It ought to be added, though, that those listeners expecting the same sort of fiery percussion pulse that fuels American salsa are going to find themselves somewhat disappointed by "Missa Negra." True, Irakere has made more danceable albums -- for instance, the import-only "Homenaje a Beny More" (Messidor 25904) or the hard-to-find "Calzada Del Cerro" (Vitral 4053) -- but the fact of the matter is that Cuban percussion players now play just as freely as any American jazz drummer.
Take, for example, the music D'Rivera and Sandoval make on "Reunion" (Messidor 15805). Although this small-ensemble session is meant to celebrate the first recording session these two Irakere veterans shared in a decade, there's as much excitement to be heard from the rhythm section as from the obviously virtuosic front line.
Just listen to the way Giovanni Hidalgo's congas reshuffle the mambo pulse underlying the album's title track, or notice how neatly his playing locks into Mark Walker's hard-swinging trap drumming on the Dizzy Gillespie tune "Tanga." Clearly, these Cuban players have considerably broadened the middle-ground between mainstream jazz and traditional Latin musical styles.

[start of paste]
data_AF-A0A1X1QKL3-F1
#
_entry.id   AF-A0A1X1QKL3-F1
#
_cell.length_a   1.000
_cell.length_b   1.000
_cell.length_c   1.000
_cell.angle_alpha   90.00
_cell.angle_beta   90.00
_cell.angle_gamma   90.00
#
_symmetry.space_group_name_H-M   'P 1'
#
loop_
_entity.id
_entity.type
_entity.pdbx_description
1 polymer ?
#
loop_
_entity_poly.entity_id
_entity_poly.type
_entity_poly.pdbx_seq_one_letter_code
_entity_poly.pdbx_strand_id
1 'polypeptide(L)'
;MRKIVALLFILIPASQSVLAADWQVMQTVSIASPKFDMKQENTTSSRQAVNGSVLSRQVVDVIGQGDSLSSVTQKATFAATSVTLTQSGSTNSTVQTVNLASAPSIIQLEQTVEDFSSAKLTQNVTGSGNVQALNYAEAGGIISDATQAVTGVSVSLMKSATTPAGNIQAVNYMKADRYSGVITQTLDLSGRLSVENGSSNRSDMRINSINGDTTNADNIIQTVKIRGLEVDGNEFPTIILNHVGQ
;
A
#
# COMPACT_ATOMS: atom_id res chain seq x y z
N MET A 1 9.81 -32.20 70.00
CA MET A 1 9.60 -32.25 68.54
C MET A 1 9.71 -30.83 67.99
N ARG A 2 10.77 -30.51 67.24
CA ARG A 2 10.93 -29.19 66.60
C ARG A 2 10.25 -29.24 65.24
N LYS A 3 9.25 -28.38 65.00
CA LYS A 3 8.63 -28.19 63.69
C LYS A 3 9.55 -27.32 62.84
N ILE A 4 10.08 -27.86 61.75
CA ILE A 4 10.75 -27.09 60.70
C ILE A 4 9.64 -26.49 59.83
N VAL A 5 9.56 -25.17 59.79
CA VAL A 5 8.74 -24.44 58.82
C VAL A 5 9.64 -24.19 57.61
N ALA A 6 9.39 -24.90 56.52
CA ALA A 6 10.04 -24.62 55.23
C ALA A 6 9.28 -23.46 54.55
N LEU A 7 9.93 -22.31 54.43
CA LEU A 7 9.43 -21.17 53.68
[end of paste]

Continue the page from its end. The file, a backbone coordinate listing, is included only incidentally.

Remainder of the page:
But that's because these players are equally well versed in both. Pay close attention to D'Rivera's playing on "Friday Morning," and it's easy to hear how much his playing owes to the post-Charlie Parker style of altoists like Phil Woods and (especially) Jackie McLean, just as Sandoval's fluegelhorn solo on "Body & Soul" recalls the inspired balladry of Lee Morgan or the young Freddie Hubbard.
That sort of quiet evocation of the past is nothing, though, compared to what Sandoval delivers on "I Remember Clifford" (GRP 9668). As much a tribute to his own protean talents as to the memory of be-bop trumpeter Clifford Brown, this set finds Sandoval playing overdubbed and harmonized transcriptions of classic Brown solos as well as offering his own improvisations. And anyone who has heard how effortlessly Sandoval shifts gears -- moving without pause between the stunning virtuosity demanded by the transcriptions to the lyrical grace of his own style -- will find it hard not to want more.